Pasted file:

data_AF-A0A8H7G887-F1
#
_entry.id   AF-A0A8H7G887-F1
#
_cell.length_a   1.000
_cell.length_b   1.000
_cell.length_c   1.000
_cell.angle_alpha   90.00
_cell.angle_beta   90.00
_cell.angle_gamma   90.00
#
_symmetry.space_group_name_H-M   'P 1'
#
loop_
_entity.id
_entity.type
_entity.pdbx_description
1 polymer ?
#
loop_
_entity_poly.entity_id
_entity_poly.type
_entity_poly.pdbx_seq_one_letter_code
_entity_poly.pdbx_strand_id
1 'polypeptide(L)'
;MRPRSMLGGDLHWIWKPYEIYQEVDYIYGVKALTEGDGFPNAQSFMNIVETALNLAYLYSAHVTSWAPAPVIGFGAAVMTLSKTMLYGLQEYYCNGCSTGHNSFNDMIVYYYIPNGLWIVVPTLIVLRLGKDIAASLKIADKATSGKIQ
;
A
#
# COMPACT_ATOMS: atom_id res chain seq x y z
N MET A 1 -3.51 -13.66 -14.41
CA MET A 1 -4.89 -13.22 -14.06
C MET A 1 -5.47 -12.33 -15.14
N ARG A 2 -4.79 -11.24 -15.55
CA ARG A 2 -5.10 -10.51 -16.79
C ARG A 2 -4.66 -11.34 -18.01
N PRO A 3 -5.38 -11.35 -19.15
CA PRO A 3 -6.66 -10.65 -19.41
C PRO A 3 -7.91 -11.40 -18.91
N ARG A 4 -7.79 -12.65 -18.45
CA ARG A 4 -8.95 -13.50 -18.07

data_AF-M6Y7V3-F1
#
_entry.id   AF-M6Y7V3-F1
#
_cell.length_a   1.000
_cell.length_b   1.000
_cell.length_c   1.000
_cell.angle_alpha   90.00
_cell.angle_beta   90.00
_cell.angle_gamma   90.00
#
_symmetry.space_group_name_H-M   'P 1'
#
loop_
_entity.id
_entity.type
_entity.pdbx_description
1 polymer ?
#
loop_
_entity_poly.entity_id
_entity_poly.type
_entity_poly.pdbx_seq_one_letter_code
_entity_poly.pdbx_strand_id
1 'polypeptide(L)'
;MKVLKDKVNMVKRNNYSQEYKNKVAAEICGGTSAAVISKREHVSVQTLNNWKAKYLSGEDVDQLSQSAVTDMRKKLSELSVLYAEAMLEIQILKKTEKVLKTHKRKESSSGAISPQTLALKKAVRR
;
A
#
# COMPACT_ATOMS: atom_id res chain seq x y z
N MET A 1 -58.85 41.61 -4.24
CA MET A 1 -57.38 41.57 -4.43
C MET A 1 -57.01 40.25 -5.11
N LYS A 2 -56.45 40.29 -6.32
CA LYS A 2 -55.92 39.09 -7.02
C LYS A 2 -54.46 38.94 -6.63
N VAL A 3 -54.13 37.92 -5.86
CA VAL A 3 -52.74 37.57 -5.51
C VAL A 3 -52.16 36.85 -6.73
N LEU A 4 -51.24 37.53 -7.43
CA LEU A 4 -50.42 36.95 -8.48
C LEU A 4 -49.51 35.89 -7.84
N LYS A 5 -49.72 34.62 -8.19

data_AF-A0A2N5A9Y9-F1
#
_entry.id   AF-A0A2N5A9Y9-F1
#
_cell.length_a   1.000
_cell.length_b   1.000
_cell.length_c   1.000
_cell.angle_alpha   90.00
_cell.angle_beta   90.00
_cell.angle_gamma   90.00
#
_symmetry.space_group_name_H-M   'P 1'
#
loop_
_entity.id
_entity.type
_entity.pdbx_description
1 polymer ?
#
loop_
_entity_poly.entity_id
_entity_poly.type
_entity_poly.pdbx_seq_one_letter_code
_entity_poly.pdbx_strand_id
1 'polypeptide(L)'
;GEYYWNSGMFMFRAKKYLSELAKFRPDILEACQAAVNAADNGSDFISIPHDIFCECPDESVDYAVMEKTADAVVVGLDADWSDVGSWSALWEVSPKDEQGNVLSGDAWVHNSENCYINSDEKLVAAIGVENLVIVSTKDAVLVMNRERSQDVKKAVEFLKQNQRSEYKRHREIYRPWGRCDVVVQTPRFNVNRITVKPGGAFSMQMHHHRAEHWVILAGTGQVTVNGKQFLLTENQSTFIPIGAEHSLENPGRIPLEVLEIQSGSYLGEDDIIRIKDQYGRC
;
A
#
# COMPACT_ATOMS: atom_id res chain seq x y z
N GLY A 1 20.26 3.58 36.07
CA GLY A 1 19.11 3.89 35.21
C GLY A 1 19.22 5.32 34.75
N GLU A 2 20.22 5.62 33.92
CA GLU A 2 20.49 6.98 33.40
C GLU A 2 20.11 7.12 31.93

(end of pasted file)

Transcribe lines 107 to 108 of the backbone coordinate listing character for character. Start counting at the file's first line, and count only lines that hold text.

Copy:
_entity_poly.pdbx_seq_one_letter_code
_entity_poly.pdbx_strand_id